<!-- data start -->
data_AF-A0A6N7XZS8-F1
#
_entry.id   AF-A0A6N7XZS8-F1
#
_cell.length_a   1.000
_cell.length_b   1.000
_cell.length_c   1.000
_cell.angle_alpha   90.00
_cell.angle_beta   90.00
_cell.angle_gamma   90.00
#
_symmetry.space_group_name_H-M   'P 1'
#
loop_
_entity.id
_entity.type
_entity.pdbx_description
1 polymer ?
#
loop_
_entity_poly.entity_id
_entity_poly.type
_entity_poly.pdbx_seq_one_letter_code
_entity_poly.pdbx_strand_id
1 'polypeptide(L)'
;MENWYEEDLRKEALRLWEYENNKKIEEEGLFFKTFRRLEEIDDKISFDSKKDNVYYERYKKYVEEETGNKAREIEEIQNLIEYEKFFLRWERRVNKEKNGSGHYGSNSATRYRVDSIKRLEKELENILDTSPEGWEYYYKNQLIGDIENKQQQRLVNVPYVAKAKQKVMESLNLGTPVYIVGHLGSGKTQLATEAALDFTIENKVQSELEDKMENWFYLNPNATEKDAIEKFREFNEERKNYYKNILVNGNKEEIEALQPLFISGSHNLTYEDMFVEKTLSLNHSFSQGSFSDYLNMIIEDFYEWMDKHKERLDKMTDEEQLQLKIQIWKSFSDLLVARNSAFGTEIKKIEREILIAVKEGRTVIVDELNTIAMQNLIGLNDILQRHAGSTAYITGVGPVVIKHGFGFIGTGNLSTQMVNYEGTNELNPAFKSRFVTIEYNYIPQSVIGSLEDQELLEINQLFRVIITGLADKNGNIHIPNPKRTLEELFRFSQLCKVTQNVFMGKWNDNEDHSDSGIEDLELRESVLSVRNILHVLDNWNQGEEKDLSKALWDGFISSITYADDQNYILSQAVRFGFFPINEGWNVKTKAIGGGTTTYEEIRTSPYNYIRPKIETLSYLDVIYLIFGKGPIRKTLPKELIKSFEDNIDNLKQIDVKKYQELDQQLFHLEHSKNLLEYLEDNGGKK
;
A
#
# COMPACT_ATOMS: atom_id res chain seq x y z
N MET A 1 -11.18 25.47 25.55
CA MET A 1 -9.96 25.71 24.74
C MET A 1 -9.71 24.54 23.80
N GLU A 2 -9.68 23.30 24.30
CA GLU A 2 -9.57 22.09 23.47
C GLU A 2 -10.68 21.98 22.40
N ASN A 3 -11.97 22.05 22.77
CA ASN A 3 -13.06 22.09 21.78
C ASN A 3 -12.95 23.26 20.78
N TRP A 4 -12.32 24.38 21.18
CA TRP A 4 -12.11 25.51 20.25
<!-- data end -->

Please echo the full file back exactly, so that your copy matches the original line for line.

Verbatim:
data_AF-A0A6N7XZS8-F1
#
_entry.id   AF-A0A6N7XZS8-F1
#
_cell.length_a   1.000
_cell.length_b   1.000
_cell.length_c   1.000
_cell.angle_alpha   90.00
_cell.angle_beta   90.00
_cell.angle_gamma   90.00
#
_symmetry.space_group_name_H-M   'P 1'
#
loop_
_entity.id
_entity.type
_entity.pdbx_description
1 polymer ?
#
loop_
_entity_poly.entity_id
_entity_poly.type
_entity_poly.pdbx_seq_one_letter_code
_entity_poly.pdbx_strand_id
1 'polypeptide(L)'
;MENWYEEDLRKEALRLWEYENNKKIEEEGLFFKTFRRLEEIDDKISFDSKKDNVYYERYKKYVEEETGNKAREIEEIQNLIEYEKFFLRWERRVNKEKNGSGHYGSNSATRYRVDSIKRLEKELENILDTSPEGWEYYYKNQLIGDIENKQQQRLVNVPYVAKAKQKVMESLNLGTPVYIVGHLGSGKTQLATEAALDFTIENKVQSELEDKMENWFYLNPNATEKDAIEKFREFNEERKNYYKNILVNGNKEEIEALQPLFISGSHNLTYEDMFVEKTLSLNHSFSQGSFSDYLNMIIEDFYEWMDKHKERLDKMTDEEQLQLKIQIWKSFSDLLVARNSAFGTEIKKIEREILIAVKEGRTVIVDELNTIAMQNLIGLNDILQRHAGSTAYITGVGPVVIKHGFGFIGTGNLSTQMVNYEGTNELNPAFKSRFVTIEYNYIPQSVIGSLEDQELLEINQLFRVIITGLADKNGNIHIPNPKRTLEELFRFSQLCKVTQNVFMGKWNDNEDHSDSGIEDLELRESVLSVRNILHVLDNWNQGEEKDLSKALWDGFISSITYADDQNYILSQAVRFGFFPINEGWNVKTKAIGGGTTTYEEIRTSPYNYIRPKIETLSYLDVIYLIFGKGPIRKTLPKELIKSFEDNIDNLKQIDVKKYQELDQQLFHLEHSKNLLEYLEDNGGKK
;
A
#
# COMPACT_ATOMS: atom_id res chain seq x y z
N MET A 1 -11.18 25.47 25.55
CA MET A 1 -9.96 25.71 24.74
C MET A 1 -9.71 24.54 23.80
N GLU A 2 -9.68 23.30 24.30
CA GLU A 2 -9.57 22.09 23.47
C GLU A 2 -10.68 21.98 22.40
N ASN A 3 -11.97 22.05 22.77
CA ASN A 3 -13.06 22.09 21.78
C ASN A 3 -12.95 23.26 20.78
N TRP A 4 -12.32 24.38 21.18
CA TRP A 4 -12.11 25.51 20.25